Sunday, July 8, 2012

A scientific experiment & the acorn wreath top is complete!

Last month I went to a trunk show for longarm quilter Sheryl Schleicher. When she was speaking about where she begins the quilting on a quilt, she shared a bit of scientific information: most people, when viewing anything -- art, a building, a photograph, or a quilt -- scan it in a specific pattern. So I am conducting an official scientific poll of my own to test this theory. The photo below is of the little acorn wreath quilt I have been working on lately. It is comprised of four main blocks. When you view the photo, be conscious of which block your eye moves to first and which you go to last. Leave a comment and let me know your findings.

I'm going

to leave

a little

space here

so you

are not

tempted to

look at

the photo

quite yet.

Now, view.

Sheryl gave us a little diagram showing that most people scan from the center to the upper right, to upper left, to lower left, back to center and on the upper right, to lower right, then back to center. Is this what you did?

In Sheryl's talk, she said she would start quilting in the lower right near the center because that is the last place most people look. This gives her a little time to get in the groove of the motif she is using and if there are any less than perfect elements, they are not as readily noticed.

When I set my four acorn blocks together, there was method to my madness. The first block I did ended up being slightly different than the other three. I struggled with appliqueing those deep valleys on the leaves, as you might remember here. And my placement of the applique pieces on the background fabric was a little too free-style. I sent out a cry for help and got some terrific advice, shown here. One of the tidbits that really came in handy was an easy method for accurately placing the pieces on the background fabric. You can check that our here.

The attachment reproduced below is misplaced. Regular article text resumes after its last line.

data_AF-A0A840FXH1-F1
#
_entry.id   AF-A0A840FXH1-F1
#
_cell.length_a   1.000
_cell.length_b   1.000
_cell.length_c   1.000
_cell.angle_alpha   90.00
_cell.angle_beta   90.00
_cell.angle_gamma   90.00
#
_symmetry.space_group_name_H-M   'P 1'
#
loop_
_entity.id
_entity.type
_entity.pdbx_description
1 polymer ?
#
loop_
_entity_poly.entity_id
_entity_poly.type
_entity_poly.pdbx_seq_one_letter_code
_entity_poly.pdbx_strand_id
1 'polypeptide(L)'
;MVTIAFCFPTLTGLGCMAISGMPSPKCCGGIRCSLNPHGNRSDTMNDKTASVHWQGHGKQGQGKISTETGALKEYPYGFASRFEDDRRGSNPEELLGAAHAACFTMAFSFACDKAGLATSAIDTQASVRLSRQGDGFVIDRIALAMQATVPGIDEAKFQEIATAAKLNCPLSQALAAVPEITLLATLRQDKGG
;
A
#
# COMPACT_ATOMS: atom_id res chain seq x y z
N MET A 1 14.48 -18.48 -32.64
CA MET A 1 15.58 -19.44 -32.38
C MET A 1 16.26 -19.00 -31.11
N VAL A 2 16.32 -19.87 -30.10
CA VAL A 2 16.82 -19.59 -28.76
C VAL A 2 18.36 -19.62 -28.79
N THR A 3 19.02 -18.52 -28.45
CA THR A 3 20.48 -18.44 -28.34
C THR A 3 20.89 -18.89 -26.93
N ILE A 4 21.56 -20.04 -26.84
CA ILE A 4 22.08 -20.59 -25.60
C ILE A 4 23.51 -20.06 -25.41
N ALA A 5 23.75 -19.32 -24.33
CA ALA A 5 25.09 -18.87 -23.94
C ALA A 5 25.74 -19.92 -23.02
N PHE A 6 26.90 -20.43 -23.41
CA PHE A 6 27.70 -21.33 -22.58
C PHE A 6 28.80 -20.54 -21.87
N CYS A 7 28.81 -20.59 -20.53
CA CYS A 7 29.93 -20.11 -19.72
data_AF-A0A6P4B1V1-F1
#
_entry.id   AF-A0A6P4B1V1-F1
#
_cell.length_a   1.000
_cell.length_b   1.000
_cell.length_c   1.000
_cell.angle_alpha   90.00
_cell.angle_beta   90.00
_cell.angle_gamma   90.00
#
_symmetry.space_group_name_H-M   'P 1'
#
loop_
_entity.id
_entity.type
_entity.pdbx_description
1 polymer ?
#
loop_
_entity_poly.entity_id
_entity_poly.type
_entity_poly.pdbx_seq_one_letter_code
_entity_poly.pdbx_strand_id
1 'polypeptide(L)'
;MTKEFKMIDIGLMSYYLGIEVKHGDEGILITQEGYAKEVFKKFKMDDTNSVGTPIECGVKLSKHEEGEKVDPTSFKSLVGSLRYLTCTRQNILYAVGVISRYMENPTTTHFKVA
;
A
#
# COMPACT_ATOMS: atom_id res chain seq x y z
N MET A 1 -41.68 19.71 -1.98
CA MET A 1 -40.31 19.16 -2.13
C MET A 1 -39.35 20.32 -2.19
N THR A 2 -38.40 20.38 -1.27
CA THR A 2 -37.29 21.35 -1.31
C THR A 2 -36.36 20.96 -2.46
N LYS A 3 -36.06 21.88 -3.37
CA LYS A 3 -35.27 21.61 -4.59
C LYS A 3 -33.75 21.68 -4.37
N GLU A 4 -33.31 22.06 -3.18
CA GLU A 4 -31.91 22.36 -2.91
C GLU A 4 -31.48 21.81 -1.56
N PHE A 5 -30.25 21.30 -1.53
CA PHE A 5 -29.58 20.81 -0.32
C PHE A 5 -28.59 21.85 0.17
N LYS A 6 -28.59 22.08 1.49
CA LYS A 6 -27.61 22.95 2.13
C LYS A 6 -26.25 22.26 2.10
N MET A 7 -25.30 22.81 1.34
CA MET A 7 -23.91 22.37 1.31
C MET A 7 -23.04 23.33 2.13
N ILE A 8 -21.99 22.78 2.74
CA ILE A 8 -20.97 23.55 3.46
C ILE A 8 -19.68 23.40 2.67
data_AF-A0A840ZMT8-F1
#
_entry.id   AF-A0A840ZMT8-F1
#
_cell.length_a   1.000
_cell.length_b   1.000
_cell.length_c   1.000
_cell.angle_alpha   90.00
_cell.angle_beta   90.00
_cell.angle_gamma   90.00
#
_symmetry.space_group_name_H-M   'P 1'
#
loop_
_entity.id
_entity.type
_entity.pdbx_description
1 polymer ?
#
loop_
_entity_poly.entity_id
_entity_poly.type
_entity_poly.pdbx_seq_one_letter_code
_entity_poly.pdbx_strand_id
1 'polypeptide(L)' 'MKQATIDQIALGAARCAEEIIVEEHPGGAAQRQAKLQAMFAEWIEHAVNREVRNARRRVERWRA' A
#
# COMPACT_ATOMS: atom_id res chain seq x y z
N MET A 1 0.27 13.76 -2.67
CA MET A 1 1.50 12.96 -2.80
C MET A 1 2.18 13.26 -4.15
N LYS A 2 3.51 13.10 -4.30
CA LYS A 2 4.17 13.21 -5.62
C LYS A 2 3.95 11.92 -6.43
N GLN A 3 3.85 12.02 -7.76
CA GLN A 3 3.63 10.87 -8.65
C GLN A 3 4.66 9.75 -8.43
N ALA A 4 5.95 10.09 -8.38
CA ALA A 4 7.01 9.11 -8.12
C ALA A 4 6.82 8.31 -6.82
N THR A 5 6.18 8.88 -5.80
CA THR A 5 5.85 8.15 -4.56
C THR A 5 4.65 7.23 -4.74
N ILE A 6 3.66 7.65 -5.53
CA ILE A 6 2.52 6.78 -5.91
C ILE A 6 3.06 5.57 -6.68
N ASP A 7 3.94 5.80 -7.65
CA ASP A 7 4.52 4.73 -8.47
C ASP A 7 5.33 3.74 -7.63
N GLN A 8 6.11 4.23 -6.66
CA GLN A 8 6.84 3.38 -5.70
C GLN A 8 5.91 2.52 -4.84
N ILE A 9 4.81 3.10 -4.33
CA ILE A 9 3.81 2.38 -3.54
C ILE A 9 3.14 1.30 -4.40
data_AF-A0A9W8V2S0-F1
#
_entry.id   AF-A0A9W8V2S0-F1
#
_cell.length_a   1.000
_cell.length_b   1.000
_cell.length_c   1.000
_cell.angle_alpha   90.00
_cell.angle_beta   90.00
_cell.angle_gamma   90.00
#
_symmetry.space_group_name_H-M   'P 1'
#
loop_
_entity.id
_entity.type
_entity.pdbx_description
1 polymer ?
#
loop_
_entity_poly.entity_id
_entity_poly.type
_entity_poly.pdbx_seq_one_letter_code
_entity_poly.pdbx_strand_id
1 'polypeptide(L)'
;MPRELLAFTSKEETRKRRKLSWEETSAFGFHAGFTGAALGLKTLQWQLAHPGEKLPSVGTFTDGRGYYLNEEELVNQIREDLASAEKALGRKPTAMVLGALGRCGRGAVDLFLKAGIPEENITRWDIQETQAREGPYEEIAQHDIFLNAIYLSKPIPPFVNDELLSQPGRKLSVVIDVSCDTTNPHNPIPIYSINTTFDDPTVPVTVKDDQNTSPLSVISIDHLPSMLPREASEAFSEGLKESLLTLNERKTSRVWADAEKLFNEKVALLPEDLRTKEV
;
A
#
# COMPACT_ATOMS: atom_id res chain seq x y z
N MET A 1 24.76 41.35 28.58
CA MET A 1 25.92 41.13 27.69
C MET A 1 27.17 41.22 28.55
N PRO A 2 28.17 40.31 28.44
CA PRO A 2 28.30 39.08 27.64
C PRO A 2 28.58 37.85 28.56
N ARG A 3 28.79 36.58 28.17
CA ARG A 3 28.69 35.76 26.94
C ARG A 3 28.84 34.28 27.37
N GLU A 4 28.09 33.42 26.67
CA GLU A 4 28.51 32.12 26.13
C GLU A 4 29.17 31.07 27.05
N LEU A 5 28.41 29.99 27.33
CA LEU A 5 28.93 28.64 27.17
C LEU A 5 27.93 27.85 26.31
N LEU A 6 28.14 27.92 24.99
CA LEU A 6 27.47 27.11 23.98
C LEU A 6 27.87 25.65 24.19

I toyed with the idea of remaking that first block. Then my sister reminded me of the Amish rule of quilting: only God can create perfection, so mistakes are okay. This was just the advice this recovering perfectionist needed to hear! So I set these four blocks together with Sheryl's diagram in mind and put that "slightly different" block in the lower right corner where hopefully its uniqueness didn't scream out so loud. I know it is there, so it is the first thing I see. Let me know if you noticed it, or if you had to go back and look at it again.


  1. These are all great tips and posts that you are providing for us, Lisa! Actually, I scanned from upper right to upper left and then down to the bottom right and bottom left. Am I weird or what???

  2. upper left, lower left, upper right, and lower right as an afterthought. Now you have two weirdos LOL

  3. Upper Right, Borders as a whole, U&L left together, Lower right.

  4. I scanned exactly as her diagram showed! That's interesting!

  5. I started with upper left, then upper right, then bottom right then bottom left.

  6. I read it counter clockwise starting with the upper right. Guess I'm the wierdo! (Wierdo is a relative term, isn't it?)

  7. I start at the upper left and "read" them like a page--upper left, upper right, lower left, lower right. This one had nothing in the middle to grab my attention, so didn't go there. Now who's weird?!? (Maybe I read too much!!)

  8. I started at top left, down to bottom, next to bottom right and ended with the top right. Like Jody I was sort of book like but I guess I was reading like a newspaper by columns. Maybe it has to be larger for the theory to work.

  9. Interesting, I scanned the same way Ida did, top right then counter clockwise.